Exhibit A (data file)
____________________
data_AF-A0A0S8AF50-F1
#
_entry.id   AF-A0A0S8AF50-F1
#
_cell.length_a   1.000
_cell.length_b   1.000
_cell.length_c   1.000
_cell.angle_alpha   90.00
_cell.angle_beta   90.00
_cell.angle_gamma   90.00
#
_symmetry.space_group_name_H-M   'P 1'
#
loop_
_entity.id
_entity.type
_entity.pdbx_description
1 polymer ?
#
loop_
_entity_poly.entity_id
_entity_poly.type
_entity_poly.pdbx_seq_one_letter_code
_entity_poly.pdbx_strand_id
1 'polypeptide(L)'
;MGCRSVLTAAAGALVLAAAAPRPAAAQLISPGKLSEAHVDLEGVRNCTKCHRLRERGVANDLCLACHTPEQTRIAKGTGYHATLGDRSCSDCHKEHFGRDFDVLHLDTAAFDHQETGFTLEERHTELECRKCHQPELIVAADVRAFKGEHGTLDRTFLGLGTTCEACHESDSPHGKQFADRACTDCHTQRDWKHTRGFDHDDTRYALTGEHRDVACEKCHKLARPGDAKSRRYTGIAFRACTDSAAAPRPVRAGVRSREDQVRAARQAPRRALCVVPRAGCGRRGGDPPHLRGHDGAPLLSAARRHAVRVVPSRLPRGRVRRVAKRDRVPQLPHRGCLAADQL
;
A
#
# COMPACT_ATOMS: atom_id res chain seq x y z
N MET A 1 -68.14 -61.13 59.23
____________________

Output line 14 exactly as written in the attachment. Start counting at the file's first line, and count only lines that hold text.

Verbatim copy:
loop_